Standard & Poor's downgrades Eskom

The ratings agency said the negative outlook reflected Eskom's operating performance had not yet stabilised.

FILE: Despite the suspension of top management, a continued risk if load shedding & an inquiry into the power house, Eskom says it’s business as usual. Picture: Reinart Toerien/EWN

JOHANNESBURG - Standard & Poor's (S&P) on Thursday downgraded Eskom to BB-plus following management suspensions.

The ratings agency said the negative outlook reflected that Eskom's operating performance has not yet stabilised due to rising costs.

It also said it was of the opinion that the material execution risk remained associated with government's support plan.

S&P's Mashiyane Mabunda explained, "We're not too sure if they're aware of how much is at stake in terms of financing needs for operations as well as the build projects for the Medupi and Kusile power stations, which they're far from finishing."

Energy expert Ted Blom said he was disappointed by the downgrade.

"There have been several warning signs over the past year that they weren't comfortable with the direction on which Eskom was going. Seeming lack of confidence by the government has seemingly perpetrated the view of Standard & Poor's."

Peter Attard Montalto, Emerging Markets Economist at Nomura, said the level of support by government should have prevented a downgrade.

"Even given support by government, they're now so concerned by the level of the weakness of corporate governance and management at Eskom after the suspensions, so they have to downgrade."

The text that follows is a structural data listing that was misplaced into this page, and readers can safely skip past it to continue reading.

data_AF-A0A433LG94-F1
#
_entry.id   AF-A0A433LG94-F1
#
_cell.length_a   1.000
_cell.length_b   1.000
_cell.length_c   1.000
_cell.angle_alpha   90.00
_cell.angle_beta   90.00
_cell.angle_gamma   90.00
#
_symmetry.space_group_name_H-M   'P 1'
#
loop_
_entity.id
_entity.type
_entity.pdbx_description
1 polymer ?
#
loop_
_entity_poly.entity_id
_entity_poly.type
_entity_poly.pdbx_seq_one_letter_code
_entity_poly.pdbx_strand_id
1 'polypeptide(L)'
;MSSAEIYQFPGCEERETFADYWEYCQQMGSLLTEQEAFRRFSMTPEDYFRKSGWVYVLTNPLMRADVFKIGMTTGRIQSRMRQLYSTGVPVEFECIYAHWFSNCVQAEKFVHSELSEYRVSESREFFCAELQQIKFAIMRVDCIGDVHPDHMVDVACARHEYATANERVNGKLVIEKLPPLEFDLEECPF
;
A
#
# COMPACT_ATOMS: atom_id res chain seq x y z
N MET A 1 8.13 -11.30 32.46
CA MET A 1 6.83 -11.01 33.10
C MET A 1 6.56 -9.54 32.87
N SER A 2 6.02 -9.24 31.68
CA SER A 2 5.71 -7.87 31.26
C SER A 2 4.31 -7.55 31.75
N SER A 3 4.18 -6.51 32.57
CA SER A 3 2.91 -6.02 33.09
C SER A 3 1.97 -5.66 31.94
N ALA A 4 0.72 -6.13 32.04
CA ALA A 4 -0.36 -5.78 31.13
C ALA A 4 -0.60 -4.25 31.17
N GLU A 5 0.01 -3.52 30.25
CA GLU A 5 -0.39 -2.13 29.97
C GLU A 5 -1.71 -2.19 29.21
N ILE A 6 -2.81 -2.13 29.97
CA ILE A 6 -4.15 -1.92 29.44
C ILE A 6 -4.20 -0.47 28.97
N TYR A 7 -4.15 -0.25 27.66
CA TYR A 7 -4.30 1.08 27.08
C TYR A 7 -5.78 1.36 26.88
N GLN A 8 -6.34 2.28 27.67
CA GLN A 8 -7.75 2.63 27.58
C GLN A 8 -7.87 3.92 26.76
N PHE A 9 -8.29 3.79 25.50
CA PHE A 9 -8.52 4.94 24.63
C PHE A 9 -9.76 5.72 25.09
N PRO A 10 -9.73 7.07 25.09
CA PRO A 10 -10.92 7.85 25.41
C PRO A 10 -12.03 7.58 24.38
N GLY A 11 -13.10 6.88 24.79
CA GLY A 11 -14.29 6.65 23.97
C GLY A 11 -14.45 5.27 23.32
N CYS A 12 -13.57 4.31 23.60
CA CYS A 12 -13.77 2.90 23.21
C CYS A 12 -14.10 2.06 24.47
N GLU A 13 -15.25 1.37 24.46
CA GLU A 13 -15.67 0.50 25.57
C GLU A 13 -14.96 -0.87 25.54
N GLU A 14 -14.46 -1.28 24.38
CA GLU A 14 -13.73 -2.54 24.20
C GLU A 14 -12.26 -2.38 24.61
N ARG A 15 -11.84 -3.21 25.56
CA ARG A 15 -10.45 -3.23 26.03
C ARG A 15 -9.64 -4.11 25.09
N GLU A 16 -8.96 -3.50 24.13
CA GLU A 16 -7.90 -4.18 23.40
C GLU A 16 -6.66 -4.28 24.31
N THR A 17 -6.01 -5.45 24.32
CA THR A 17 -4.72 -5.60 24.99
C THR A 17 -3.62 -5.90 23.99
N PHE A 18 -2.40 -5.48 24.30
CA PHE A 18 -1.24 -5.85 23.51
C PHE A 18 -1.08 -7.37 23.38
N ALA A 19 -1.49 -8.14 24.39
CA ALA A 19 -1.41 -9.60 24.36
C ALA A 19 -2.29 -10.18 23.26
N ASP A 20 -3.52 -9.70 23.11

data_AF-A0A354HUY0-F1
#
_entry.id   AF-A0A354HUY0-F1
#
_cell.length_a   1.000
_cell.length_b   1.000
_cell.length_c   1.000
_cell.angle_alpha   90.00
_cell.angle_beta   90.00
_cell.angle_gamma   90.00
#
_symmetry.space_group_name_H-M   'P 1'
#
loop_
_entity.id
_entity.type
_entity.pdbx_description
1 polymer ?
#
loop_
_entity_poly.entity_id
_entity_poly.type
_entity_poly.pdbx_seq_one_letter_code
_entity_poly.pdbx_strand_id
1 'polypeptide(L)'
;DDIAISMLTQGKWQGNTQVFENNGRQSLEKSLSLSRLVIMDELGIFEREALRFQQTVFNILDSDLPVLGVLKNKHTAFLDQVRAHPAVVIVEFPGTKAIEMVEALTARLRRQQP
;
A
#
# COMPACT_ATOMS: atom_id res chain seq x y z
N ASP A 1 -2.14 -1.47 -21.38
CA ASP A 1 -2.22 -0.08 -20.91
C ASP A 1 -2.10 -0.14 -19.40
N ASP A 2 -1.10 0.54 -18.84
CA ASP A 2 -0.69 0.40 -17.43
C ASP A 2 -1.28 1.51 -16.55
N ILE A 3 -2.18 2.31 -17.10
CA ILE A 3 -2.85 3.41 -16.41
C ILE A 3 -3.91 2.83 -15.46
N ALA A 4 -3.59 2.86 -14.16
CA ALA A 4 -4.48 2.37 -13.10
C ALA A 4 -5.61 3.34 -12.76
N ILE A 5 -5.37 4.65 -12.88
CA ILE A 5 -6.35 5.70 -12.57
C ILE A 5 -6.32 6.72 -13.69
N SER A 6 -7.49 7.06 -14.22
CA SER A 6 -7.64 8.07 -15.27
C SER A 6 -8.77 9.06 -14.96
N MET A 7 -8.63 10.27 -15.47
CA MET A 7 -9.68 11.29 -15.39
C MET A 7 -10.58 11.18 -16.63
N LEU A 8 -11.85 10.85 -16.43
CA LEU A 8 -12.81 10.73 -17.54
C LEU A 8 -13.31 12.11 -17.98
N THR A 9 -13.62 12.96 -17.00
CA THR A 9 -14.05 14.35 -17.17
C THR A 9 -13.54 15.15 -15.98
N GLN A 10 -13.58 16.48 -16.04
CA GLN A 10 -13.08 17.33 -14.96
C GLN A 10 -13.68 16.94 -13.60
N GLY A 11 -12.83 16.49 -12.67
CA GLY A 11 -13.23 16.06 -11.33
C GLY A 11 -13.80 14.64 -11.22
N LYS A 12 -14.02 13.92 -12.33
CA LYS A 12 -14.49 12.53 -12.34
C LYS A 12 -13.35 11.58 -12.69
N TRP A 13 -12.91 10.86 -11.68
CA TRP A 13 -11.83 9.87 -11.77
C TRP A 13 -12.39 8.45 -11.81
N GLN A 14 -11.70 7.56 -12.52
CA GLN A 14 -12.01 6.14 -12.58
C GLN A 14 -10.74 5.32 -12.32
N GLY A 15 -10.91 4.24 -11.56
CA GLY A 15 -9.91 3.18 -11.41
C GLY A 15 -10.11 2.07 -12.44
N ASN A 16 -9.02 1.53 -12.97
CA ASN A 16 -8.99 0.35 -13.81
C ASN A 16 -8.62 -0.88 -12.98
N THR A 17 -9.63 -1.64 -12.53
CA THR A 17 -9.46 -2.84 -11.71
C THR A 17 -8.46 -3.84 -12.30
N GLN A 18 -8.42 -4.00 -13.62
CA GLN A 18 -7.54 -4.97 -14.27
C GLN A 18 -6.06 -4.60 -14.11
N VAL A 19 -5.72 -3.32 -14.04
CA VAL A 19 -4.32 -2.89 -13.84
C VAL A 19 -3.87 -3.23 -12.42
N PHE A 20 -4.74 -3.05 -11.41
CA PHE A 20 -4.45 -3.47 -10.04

The rand has reacted to the ratings announcement, extending losses against the dollar.

Earlier, the rand dropped to R12, 32 to the dollar, a two percent decrease.


Meanwhile, Eskom said it was business as usual despite top management being suspended, voluntary retrenchment packages withdrawn and the ongoing challenges with keeping the lights on.

Exactly one week ago, it was announced that Eskom would launch an independent inquiry to address various challenges including cash flow problems and delays with its build program.

There hasn't been any load shedding for the past three weeks but Eskom said the risk remained high as the weekend approaches and diesel and water reserves start running low.

At the same time, the inquiry into Eskom started this week, with claims that the morale was low.

Voluntary retrenchment packages offered recently have also been put on hold.

But Eskom's Khulu Phasiwe said they were carrying on as normal.

"Many of us are resilient; we continue to do what we're hired to do, so for us it's business as usual, which is to keep the lights on."

Deputy President Cyril Ramaphosa, who has been tasked with heading a turnaround strategy for Eskom, said they wanted to retain skills and assured that there was light at the end of the tunnel regarding the power challenges.